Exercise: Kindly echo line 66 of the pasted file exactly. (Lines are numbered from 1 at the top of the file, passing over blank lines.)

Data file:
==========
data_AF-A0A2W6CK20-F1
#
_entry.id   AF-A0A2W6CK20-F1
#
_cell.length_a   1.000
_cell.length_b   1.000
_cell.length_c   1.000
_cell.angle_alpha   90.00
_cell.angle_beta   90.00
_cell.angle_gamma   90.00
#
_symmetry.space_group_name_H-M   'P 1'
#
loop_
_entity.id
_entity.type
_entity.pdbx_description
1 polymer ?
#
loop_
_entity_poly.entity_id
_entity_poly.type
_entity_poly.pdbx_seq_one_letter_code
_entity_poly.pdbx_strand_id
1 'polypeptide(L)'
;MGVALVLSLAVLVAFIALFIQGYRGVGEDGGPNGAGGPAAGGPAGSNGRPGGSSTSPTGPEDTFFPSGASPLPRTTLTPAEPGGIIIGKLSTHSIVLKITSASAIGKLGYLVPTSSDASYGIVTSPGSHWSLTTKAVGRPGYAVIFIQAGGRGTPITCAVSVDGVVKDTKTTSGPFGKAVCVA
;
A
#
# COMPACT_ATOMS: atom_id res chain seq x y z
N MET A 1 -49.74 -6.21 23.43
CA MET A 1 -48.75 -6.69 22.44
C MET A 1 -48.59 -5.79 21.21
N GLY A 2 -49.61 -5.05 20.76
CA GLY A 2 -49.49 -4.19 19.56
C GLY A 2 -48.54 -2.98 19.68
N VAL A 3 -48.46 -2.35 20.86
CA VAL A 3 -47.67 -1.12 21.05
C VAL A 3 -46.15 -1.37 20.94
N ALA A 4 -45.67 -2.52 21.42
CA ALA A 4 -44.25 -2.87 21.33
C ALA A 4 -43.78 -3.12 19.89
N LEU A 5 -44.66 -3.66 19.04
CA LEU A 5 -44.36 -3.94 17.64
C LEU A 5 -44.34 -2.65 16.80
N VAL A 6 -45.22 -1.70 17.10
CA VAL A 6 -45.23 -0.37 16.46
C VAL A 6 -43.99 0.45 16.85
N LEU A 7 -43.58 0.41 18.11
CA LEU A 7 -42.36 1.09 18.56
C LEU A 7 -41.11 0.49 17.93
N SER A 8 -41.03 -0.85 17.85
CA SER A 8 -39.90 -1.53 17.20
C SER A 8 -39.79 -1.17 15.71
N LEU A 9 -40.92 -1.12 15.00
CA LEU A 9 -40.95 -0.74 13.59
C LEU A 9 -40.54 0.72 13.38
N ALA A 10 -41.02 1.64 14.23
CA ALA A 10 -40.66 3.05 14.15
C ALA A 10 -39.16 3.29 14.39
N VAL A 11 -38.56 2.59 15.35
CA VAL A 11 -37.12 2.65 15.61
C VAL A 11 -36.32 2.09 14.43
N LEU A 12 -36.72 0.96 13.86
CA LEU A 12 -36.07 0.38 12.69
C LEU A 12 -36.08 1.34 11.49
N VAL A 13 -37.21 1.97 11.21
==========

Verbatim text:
C LEU A 12 -36.08 1.34 11.49